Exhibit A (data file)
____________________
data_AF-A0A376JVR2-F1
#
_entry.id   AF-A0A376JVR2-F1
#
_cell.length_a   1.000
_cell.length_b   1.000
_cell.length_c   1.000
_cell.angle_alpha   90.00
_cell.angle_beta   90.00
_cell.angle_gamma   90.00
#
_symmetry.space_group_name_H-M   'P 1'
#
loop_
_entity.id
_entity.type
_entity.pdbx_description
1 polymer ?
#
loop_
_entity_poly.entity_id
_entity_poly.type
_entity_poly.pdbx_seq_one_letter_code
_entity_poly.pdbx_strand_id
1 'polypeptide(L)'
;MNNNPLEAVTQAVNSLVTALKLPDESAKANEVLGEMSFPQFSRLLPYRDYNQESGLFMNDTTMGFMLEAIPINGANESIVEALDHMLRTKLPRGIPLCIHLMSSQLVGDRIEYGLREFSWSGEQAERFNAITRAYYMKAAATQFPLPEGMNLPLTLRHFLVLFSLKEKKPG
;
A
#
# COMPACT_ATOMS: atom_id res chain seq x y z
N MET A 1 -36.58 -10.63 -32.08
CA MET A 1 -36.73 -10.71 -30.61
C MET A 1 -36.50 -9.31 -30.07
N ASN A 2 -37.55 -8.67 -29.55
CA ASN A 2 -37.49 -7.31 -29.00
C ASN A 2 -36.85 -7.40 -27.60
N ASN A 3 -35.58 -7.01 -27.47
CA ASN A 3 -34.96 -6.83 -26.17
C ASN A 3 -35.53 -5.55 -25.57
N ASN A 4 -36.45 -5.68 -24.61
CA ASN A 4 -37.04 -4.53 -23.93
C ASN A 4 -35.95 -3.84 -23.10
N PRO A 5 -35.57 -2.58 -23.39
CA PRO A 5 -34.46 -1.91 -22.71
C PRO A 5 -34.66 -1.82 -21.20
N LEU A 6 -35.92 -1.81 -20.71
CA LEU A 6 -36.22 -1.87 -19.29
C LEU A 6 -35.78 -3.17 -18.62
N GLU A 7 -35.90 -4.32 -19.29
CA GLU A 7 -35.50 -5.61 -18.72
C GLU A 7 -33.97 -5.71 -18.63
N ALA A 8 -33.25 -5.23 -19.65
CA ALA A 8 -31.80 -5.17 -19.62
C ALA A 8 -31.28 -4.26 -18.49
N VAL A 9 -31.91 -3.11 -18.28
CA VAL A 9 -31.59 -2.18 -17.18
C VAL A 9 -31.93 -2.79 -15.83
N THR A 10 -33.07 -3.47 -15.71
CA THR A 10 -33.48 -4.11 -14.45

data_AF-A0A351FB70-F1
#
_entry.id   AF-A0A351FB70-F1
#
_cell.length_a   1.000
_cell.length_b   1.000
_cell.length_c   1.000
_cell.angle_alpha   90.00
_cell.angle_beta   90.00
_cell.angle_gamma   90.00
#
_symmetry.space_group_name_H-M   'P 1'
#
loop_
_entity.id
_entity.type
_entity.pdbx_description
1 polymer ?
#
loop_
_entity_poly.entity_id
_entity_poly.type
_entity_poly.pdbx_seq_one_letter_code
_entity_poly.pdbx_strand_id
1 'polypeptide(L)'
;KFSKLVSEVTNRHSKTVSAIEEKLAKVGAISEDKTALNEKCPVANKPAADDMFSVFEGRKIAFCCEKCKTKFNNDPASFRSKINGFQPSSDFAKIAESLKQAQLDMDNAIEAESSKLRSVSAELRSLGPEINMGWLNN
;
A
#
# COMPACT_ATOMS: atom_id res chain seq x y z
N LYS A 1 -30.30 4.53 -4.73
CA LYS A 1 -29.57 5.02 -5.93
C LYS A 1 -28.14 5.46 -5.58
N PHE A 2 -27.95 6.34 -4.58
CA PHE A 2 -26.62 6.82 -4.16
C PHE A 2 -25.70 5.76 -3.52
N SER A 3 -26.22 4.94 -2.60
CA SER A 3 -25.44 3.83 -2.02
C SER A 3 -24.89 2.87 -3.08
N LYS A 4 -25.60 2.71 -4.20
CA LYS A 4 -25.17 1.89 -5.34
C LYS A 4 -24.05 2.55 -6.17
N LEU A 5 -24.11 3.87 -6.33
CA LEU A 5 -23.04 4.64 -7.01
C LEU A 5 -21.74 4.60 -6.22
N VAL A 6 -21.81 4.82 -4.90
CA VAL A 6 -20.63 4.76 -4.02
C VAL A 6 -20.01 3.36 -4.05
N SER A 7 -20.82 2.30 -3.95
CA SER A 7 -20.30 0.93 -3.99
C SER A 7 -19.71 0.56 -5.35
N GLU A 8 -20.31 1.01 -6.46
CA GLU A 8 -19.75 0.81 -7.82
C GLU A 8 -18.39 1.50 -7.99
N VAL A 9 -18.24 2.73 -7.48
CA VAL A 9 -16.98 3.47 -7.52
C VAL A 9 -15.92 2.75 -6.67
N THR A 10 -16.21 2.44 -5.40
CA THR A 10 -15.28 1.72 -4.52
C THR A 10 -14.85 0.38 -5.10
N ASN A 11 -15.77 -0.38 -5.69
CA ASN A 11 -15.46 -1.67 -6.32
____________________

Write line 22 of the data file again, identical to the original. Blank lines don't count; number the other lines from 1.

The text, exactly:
_entity_poly.type